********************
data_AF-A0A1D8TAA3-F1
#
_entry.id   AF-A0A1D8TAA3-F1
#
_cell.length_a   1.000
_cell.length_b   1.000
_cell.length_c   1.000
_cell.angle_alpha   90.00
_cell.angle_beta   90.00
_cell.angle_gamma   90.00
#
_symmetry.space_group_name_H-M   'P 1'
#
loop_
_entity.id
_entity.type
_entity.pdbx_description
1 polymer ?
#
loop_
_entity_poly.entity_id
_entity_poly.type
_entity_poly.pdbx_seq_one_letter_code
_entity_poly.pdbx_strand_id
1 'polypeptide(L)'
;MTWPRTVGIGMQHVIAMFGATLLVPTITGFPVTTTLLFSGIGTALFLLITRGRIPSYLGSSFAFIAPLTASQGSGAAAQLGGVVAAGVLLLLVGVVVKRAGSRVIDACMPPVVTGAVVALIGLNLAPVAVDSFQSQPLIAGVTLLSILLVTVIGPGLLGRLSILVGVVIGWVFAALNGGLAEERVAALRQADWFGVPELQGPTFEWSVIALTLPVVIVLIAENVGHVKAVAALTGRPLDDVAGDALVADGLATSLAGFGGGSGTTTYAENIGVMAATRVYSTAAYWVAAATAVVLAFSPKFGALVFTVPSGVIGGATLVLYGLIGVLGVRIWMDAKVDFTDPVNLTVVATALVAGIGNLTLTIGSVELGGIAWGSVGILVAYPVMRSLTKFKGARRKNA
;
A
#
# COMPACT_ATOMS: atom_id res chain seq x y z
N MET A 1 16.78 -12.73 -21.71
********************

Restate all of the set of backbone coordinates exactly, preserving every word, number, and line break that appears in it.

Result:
data_AF-A0A1D8TAA3-F1
#
_entry.id   AF-A0A1D8TAA3-F1
#
_cell.length_a   1.000
_cell.length_b   1.000
_cell.length_c   1.000
_cell.angle_alpha   90.00
_cell.angle_beta   90.00
_cell.angle_gamma   90.00
#
_symmetry.space_group_name_H-M   'P 1'
#
loop_
_entity.id
_entity.type
_entity.pdbx_description
1 polymer ?
#
loop_
_entity_poly.entity_id
_entity_poly.type
_entity_poly.pdbx_seq_one_letter_code
_entity_poly.pdbx_strand_id
1 'polypeptide(L)'
;MTWPRTVGIGMQHVIAMFGATLLVPTITGFPVTTTLLFSGIGTALFLLITRGRIPSYLGSSFAFIAPLTASQGSGAAAQLGGVVAAGVLLLLVGVVVKRAGSRVIDACMPPVVTGAVVALIGLNLAPVAVDSFQSQPLIAGVTLLSILLVTVIGPGLLGRLSILVGVVIGWVFAALNGGLAEERVAALRQADWFGVPELQGPTFEWSVIALTLPVVIVLIAENVGHVKAVAALTGRPLDDVAGDALVADGLATSLAGFGGGSGTTTYAENIGVMAATRVYSTAAYWVAAATAVVLAFSPKFGALVFTVPSGVIGGATLVLYGLIGVLGVRIWMDAKVDFTDPVNLTVVATALVAGIGNLTLTIGSVELGGIAWGSVGILVAYPVMRSLTKFKGARRKNA
;
A
#
# COMPACT_ATOMS: atom_id res chain seq x y z
N MET A 1 16.78 -12.73 -21.71